Turkey votes amid debate on presidential system

Ruling AK party seeks two-thirds majority in parliament, aiming to replace parliamentary system with a presidential one.

Al Jazeera, By Umut Uras, June 7

Voters in Turkey are casting their ballots in a parliamentary election that could lead to fundamental changes in how the country is governed.

Sunday’s election is being held amid strong economic promises and debates on the Kurdish issue.

The polls are to open at 8am local time (0500GMT) and close at 5pm (1400GMT), with non-official results expected by the end of the day.

The political atmosphere is tense, with bombings targeting the country’s Kurdish-oriented left-wing party and harsh rhetoric emanating from party leaders and the country’s president, Recep Tayyip Erdogan.

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  • Turkish election outcome is blow to Erdoğan and breakthrough for Kurds

    President’s behaviour during campaign was exceptionally boorish and he appears to have been punished for it at the polls.

    The Guardian, By Simon Tisdale, June 7

    The mould-breaking outcome of Turkey’s general election on Sunday will be viewed as a personal rebuff for the president, Recep Tayyip Erdoğan, and as a historic political breakthrough for the country’s 18 million-strong Kurdish minority, which will be represented by a political party in parliament for the first time.

    With 88% of votes counted, the ruling Justice and Development party (AKP), which Erdoğan helped to found, appeared to have lost its overall majority, falling just short of the 276 seats required for control of the 550-seat national assembly. Its share of the vote, at around 43%, was well down on the 49% it obtained in 2011.

    The AKP had aimed for a total of at least 330 seats, which would have enabled the government to hold a referendum on the constitutional changes that Erdoğan needs in order to create an executive presidency. Erdoğan personally travelled the country trying to boost the AKP vote.

    But concerns about a slowing economy, jobs, civil rights and a lack of progress in the Kurdish peace process appear to have combined with worries that Erdoğan could assume quasi-dictatorial powers to thwart the president’s ambitions.

    New York Times: Turkey’s Ruling Party Loses Parliamentary Majority

    ISTANBUL — Turkish voters delivered a rebuke on Sunday to President Recep Tayyip Erdogan as his party lost its majority in Parliament in a historic election that ended, for now, his ambition to rewrite the Constitution and establish an American-style presidential system.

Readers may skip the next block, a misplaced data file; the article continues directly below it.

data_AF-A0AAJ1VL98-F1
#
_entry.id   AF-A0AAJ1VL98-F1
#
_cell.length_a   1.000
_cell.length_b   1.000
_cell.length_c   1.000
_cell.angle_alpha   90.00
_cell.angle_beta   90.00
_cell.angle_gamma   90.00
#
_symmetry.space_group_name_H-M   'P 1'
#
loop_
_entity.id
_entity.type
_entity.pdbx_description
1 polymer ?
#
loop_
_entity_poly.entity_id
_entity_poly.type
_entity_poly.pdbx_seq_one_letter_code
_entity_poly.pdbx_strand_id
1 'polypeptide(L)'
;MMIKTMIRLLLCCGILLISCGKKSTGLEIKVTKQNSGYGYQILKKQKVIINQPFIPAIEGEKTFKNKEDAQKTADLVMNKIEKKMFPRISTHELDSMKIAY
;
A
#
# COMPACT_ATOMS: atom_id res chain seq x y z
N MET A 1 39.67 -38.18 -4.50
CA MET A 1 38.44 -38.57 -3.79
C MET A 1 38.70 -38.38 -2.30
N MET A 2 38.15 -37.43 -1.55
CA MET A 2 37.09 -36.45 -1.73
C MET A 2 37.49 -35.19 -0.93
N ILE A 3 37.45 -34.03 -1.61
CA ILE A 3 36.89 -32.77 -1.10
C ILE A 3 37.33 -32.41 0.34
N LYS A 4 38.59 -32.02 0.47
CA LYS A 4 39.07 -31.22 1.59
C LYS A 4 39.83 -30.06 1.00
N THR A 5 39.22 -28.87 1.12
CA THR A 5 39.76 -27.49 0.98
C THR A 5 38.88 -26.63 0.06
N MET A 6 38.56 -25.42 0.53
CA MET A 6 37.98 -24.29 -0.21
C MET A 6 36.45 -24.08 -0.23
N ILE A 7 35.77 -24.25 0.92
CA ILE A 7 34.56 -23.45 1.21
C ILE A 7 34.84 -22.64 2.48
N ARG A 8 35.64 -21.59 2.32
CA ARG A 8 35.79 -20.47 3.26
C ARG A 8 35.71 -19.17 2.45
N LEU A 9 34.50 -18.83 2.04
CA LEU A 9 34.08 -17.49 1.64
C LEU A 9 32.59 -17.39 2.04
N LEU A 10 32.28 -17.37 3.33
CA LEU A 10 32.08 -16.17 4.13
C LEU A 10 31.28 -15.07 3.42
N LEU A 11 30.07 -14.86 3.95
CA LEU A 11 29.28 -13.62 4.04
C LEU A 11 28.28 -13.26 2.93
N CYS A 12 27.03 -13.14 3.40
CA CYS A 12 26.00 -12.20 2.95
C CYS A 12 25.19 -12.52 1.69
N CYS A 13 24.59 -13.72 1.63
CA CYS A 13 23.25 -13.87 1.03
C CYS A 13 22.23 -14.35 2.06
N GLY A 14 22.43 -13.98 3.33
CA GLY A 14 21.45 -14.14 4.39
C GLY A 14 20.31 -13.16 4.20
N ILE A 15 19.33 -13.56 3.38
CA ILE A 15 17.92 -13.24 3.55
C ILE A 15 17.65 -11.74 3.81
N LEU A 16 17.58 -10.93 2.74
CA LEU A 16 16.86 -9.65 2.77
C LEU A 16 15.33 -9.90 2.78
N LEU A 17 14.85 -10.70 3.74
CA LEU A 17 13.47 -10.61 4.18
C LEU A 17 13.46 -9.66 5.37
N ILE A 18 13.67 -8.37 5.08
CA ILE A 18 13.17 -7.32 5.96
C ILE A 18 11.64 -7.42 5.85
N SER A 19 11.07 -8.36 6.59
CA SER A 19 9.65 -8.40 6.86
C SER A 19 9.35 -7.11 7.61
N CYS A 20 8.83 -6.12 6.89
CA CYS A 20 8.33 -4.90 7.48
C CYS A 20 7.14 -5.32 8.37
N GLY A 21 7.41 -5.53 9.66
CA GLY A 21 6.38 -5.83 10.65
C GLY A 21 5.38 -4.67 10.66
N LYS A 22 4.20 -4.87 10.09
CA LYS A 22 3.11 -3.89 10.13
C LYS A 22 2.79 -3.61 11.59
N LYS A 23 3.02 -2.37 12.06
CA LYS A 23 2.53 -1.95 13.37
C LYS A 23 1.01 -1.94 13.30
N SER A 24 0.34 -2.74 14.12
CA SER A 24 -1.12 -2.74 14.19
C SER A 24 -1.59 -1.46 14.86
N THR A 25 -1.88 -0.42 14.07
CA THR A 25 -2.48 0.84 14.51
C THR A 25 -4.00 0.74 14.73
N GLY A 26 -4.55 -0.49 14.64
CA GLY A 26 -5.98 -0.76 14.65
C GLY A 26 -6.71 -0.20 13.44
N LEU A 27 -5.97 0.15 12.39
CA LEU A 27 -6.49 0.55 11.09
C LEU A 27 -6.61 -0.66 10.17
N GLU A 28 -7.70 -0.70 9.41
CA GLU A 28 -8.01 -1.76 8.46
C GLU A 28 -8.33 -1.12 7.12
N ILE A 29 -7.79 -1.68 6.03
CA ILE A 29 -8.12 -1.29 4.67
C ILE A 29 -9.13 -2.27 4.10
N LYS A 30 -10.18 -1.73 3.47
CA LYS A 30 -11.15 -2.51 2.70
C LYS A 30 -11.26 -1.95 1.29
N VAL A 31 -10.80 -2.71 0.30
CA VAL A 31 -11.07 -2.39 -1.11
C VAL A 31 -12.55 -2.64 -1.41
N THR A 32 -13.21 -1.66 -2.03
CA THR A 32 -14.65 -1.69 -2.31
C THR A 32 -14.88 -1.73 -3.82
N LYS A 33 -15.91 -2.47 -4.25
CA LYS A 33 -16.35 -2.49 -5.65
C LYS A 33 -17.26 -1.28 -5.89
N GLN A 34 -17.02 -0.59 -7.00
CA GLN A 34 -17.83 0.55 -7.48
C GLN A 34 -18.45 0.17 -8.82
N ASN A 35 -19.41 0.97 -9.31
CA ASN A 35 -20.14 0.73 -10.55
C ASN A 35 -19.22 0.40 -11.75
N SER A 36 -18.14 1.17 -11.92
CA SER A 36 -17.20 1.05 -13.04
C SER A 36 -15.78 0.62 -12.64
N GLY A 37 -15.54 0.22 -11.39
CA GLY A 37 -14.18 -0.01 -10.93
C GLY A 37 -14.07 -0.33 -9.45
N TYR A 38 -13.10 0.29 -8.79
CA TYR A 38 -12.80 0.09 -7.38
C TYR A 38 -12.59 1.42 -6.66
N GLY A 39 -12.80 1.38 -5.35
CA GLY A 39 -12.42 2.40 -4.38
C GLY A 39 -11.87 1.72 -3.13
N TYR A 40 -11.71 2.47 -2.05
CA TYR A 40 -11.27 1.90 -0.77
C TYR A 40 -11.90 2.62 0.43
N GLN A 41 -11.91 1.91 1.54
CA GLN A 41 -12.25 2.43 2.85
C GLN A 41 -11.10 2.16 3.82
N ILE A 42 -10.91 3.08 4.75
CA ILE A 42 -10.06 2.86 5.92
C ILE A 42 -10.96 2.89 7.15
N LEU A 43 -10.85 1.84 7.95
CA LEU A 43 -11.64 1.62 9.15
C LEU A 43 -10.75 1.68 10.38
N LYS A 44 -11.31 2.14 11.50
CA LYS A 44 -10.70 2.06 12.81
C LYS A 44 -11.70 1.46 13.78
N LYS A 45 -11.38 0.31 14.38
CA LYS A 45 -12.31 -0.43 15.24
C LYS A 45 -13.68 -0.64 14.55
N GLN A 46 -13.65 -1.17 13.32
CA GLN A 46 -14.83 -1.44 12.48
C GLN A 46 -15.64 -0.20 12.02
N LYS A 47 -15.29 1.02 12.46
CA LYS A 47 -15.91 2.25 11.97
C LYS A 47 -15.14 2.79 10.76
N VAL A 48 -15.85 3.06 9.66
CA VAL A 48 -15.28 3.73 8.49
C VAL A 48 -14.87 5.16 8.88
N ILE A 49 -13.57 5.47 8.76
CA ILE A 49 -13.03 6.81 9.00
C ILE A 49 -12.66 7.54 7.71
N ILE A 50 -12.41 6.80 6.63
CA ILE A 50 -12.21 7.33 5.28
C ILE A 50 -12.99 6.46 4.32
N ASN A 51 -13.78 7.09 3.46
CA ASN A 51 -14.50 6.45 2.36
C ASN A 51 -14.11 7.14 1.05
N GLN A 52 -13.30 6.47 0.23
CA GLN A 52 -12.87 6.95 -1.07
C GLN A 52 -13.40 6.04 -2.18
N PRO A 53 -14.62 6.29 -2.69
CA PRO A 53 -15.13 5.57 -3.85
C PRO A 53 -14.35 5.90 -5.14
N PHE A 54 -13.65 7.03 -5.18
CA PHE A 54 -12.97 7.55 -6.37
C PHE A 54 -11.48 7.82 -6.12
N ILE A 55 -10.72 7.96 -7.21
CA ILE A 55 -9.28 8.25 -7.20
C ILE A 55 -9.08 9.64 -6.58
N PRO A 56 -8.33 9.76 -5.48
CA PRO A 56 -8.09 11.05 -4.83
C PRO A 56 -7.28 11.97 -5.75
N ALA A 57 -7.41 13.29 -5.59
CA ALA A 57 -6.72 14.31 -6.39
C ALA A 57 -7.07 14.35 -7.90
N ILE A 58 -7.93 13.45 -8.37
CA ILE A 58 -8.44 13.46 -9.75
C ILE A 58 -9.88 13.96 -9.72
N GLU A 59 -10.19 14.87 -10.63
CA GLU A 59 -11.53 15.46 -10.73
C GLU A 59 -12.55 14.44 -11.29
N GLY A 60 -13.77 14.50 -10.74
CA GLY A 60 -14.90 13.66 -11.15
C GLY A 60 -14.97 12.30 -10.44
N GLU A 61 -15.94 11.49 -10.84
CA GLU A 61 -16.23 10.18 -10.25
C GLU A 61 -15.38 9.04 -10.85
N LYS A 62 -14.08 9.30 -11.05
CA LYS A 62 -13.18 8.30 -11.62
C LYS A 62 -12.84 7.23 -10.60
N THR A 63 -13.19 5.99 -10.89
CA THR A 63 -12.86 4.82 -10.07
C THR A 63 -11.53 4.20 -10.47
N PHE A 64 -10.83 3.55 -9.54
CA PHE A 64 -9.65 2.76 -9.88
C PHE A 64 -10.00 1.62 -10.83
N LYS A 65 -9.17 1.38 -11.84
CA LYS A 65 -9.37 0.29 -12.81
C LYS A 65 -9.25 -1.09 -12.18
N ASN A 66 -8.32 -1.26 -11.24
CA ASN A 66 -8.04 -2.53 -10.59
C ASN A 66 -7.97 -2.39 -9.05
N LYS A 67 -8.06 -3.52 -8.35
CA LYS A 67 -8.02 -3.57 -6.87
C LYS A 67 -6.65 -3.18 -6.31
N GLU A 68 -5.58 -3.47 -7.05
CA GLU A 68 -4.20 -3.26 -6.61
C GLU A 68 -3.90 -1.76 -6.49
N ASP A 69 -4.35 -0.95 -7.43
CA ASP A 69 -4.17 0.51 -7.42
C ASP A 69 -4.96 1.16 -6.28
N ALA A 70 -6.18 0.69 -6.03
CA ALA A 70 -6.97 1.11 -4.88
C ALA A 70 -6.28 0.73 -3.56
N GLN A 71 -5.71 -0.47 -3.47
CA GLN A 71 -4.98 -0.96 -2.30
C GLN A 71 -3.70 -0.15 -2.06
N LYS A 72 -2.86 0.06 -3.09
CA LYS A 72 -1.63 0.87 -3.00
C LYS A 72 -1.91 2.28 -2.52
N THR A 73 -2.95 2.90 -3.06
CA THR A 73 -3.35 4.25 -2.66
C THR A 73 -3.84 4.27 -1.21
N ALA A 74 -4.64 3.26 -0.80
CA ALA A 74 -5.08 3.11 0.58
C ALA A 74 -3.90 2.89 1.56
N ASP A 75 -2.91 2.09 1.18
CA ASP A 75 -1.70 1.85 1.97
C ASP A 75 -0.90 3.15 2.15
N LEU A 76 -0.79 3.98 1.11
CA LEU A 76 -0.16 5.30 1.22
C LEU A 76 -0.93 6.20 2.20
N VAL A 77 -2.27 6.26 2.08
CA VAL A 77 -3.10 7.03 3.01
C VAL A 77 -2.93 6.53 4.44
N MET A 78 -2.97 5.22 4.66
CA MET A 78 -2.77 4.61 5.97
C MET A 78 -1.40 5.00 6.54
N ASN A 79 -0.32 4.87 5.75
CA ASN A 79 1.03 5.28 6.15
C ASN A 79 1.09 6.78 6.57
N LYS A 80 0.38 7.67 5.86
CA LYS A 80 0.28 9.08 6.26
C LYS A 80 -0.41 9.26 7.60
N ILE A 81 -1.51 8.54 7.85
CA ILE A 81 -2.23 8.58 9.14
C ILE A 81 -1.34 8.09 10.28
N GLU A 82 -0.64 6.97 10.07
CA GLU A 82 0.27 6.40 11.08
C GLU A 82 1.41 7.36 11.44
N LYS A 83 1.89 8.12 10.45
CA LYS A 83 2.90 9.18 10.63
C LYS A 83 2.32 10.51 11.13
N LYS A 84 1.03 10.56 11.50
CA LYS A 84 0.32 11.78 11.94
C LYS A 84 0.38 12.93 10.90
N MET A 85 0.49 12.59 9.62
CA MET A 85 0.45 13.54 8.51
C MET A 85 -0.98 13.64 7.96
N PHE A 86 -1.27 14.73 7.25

The election results represented a significant setback to Mr. Erdogan, an Islamist who has steadily increased his power as president, a partly but not solely ceremonial post, after more than a decade as prime minister, and indicated that Mr. Erdogan’s efforts to accumulate power had run aground. And it was a significant victory to the cadre of Kurds, liberals and secular Turks who found their voice of opposition to Mr. Erdogan during sweeping antigovernment protests two years ago.

    Erdogan forced to weigh coaltion after bloody nose dealt in Turkish poll

    Success of pro-Kurdish party major factor in ruling party failing to reach two-thirds majority.

    Al Jazeera, June 8

    Turkey faces the prospect of weeks of political turmoil after the ruling AKP party (AKP) lost its parliamentary majority in weekend polls, dealing a massive blow to President Tayyip Erdogan’s ambitions to acquire sweeping new powers.

    Instead of the two-thirds majority he had wanted to change the constitution and create a new presidential republic, the AKP, while still remaining the biggest party, failed to reach that mark. The outcome augurs weeks of unpredictability as parties vie to form a coalition and even the possibility of a second general election within months.

    The result could also prompt some soul searching in the AKP, Turkey’s dominant political movement for more than a decade, where in recent years religious conservatives, with Erdogan’s support, have gained the ascendancy at the expense of center-right and liberal elements.

    Decisive in the bloody nose dealt Erdogan was the success of a pro-Kurdish opposition party campaigning on a broad leftist agenda that surged ahead to enter parliament.

    The pro-Kurdish Peoples’ Democratic Party (HDP) picked up about 13 percent of the vote and 79 seats, breaking the 10 percent threshold required for a party to take up its seats, sparking celebrations early Monday morning in the largely ethnic Kurdish city of Diyarbakir.

    Reuters: Plunged into uncertainty, Turkey could face early election

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